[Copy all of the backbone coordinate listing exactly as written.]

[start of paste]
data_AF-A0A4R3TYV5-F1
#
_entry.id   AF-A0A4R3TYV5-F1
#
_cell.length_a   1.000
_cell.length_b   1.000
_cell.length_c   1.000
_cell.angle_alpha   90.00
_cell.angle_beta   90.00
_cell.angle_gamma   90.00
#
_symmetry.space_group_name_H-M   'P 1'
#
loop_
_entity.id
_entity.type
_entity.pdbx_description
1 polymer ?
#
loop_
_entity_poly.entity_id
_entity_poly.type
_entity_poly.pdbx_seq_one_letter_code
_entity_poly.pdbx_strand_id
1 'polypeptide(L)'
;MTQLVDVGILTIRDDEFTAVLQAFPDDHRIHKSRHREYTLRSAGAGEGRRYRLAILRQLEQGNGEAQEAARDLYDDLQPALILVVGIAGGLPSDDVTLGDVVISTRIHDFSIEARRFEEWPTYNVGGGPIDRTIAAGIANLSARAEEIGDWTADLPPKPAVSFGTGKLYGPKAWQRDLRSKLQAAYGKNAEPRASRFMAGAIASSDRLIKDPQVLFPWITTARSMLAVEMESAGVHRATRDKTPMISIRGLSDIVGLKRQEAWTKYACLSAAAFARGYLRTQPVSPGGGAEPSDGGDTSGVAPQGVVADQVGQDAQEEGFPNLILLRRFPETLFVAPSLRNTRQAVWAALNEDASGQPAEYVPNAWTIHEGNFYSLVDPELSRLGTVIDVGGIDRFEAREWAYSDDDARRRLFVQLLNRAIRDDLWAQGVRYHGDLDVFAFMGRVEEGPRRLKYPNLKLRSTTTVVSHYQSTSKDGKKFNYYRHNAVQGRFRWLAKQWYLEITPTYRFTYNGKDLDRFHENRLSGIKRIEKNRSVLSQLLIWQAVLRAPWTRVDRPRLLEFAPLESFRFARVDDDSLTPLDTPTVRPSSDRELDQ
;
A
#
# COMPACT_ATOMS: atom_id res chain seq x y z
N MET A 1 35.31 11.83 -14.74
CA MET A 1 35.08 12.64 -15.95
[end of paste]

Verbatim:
data_AF-A0A4R3TYV5-F1
#
_entry.id   AF-A0A4R3TYV5-F1
#
_cell.length_a   1.000
_cell.length_b   1.000
_cell.length_c   1.000
_cell.angle_alpha   90.00
_cell.angle_beta   90.00
_cell.angle_gamma   90.00
#
_symmetry.space_group_name_H-M   'P 1'
#
loop_
_entity.id
_entity.type
_entity.pdbx_description
1 polymer ?
#
loop_
_entity_poly.entity_id
_entity_poly.type
_entity_poly.pdbx_seq_one_letter_code
_entity_poly.pdbx_strand_id
1 'polypeptide(L)'
;MTQLVDVGILTIRDDEFTAVLQAFPDDHRIHKSRHREYTLRSAGAGEGRRYRLAILRQLEQGNGEAQEAARDLYDDLQPALILVVGIAGGLPSDDVTLGDVVISTRIHDFSIEARRFEEWPTYNVGGGPIDRTIAAGIANLSARAEEIGDWTADLPPKPAVSFGTGKLYGPKAWQRDLRSKLQAAYGKNAEPRASRFMAGAIASSDRLIKDPQVLFPWITTARSMLAVEMESAGVHRATRDKTPMISIRGLSDIVGLKRQEAWTKYACLSAAAFARGYLRTQPVSPGGGAEPSDGGDTSGVAPQGVVADQVGQDAQEEGFPNLILLRRFPETLFVAPSLRNTRQAVWAALNEDASGQPAEYVPNAWTIHEGNFYSLVDPELSRLGTVIDVGGIDRFEAREWAYSDDDARRRLFVQLLNRAIRDDLWAQGVRYHGDLDVFAFMGRVEEGPRRLKYPNLKLRSTTTVVSHYQSTSKDGKKFNYYRHNAVQGRFRWLAKQWYLEITPTYRFTYNGKDLDRFHENRLSGIKRIEKNRSVLSQLLIWQAVLRAPWTRVDRPRLLEFAPLESFRFARVDDDSLTPLDTPTVRPSSDRELDQ
;
A
#
# COMPACT_ATOMS: atom_id res chain seq x y z
N MET A 1 35.31 11.83 -14.74
CA MET A 1 35.08 12.64 -15.95